A diverse collection of 70 short stories published after his death is a tribute to the many talents of Ralph Hill.
Observer readers will remember him as a regular contributor to the Letters Page and the Just a Minute column.
He was an active resident of Bexhill for some 50 years and a teacher at the Down Boys School/Bexhill High School.
At the time of his death Ralph was negotiating the publication of stories he had written over the years; and this has now happened.
Amusing and often pointed and covering a range of genres, ‘I Don’t Believe a Word of It’ - one of his hallmark phrases - can be purchased as an e-book from the Amazon bookstore for £3.99.
Ralph was born and brought up in Tottenham and when old enough volunteered to join the Royal Navy. After training as a signalman he was posted to a destroyer escorting convoys to and from the mid-Atlantic, the Azores and Iceland. He served on an Arctic Convoy to Murmansk and subsequently his ship provided close support to the D-Day landings, fighting convoys through to the beachheads He spent a year in Australia serving on Admiral Fraser’s staff.
On demobilisation he became a teacher at Westminster College, London, where he joined the college dance band, gained awards for swimming and became a qualified life-saver.
He married in 1951 and his three children were all born in Waltham Cross.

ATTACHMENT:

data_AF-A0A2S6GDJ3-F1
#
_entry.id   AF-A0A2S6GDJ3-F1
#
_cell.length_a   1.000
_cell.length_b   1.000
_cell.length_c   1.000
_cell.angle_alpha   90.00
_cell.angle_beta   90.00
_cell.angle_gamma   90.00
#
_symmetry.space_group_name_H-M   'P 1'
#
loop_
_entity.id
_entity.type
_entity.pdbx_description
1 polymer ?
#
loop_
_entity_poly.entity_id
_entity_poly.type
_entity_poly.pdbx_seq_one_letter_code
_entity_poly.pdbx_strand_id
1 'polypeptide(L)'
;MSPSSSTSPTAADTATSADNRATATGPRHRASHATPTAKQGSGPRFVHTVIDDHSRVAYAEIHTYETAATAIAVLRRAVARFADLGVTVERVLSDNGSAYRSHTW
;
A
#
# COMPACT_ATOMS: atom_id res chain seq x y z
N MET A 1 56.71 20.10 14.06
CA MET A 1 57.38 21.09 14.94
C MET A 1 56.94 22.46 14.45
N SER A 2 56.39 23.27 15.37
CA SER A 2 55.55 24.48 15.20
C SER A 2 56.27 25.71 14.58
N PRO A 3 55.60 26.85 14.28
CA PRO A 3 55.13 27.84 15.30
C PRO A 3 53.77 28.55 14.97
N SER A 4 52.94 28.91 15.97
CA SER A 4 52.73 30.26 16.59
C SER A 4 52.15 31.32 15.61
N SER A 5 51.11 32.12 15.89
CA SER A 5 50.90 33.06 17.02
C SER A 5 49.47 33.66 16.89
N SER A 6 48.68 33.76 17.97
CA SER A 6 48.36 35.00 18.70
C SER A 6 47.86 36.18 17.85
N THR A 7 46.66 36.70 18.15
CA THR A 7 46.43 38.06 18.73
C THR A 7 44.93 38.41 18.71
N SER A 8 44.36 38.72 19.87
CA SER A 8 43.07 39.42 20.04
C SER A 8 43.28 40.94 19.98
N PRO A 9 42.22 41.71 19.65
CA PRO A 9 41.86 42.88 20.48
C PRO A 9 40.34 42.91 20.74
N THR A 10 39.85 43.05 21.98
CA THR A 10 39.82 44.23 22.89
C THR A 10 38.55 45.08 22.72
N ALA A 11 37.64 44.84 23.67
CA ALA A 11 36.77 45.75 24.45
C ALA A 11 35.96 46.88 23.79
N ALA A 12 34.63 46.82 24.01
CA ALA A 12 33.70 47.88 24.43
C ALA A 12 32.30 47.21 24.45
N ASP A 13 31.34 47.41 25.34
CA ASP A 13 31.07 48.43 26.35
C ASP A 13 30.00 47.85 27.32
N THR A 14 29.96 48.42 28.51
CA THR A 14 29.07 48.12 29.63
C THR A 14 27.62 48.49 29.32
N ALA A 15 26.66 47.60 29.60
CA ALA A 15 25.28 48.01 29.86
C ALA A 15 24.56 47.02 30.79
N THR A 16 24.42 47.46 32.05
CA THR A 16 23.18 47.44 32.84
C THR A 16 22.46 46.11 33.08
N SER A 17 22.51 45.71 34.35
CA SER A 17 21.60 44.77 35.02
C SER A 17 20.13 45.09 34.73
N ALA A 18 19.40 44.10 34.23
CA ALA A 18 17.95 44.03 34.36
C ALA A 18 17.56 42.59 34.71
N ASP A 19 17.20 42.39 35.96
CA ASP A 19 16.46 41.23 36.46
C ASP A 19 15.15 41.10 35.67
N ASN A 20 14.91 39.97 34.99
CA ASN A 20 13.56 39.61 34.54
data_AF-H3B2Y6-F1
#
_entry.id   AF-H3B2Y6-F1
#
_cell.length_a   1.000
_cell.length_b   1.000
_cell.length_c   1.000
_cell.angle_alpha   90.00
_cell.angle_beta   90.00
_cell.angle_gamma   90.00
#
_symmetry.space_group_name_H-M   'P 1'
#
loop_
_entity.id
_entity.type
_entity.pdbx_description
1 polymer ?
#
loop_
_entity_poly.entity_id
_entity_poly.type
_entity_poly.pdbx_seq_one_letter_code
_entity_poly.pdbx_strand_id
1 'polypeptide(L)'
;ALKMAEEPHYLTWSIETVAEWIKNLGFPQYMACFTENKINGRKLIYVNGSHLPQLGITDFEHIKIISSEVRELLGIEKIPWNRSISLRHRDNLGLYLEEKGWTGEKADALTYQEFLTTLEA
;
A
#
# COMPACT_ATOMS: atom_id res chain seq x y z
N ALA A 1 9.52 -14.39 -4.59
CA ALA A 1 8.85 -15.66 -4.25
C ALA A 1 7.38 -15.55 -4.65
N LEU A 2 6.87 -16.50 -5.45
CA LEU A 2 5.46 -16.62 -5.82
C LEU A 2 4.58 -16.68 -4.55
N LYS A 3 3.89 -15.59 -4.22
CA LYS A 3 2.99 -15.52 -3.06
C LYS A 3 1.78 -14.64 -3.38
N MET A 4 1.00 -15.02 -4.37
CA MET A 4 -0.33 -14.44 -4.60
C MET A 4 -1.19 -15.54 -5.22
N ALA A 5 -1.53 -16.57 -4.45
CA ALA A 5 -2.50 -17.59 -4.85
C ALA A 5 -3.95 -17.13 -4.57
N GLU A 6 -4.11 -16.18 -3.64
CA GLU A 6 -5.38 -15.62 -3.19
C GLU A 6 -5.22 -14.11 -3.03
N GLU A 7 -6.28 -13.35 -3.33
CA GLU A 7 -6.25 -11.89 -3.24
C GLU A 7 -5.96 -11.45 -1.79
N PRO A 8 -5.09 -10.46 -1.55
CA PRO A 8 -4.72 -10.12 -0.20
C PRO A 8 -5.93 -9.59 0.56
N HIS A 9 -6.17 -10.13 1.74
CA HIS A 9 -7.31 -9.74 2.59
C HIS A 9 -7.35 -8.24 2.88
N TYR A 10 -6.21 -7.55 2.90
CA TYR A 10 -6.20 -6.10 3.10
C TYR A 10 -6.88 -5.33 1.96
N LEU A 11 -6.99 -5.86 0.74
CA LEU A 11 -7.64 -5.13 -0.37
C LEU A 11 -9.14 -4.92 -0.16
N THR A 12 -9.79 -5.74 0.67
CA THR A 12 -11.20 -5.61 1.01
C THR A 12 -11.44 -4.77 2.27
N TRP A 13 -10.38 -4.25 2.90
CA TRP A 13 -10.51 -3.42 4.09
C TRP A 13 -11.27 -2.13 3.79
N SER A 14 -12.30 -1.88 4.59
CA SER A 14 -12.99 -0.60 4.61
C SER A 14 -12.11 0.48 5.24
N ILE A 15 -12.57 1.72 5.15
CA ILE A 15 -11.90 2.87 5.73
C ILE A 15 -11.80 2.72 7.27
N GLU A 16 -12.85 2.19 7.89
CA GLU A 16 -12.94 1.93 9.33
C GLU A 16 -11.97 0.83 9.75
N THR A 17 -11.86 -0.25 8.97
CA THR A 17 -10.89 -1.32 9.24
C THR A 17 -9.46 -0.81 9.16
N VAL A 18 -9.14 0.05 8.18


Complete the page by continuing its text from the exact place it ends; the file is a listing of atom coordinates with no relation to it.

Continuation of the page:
In 1952 he moved to Bexhill and joined the staff of the Down Boys School where he taught English and music, but found particular satisfaction in teaching slower learners. Many will still remember the outings he organised - walking from the Firehills in Hastings to Winchelsea, visiting Rye, Lewes, and the Norfolk Broads. He composed a number of school musicals including ‘Emmaus’ and ‘Samson and Delilah.’
In the late sixties he embarked on a correspondence degree course and achieved a BA in English. He had a wide range of interests, and could play many musical instruments - organ, guitar, flute, guitar, clarinet, piano, trombone, and recorders. He was a keen gardener. He took up wood-carving and made a fine chess set. He was a keen genealogist and became a proficient “silver surfer” exploiting Information Technology to produce a lengthy autobiography. He retained strong memories of his time in the Navy and was an active member of the RNA.
He became a committed member of the Religious Society of Friends (Quakers) and served as an Elder and Clerk for several years.
He was awarded the Ushakov medal for service on the Arctic Convoys but sadly did not live to receive it in person.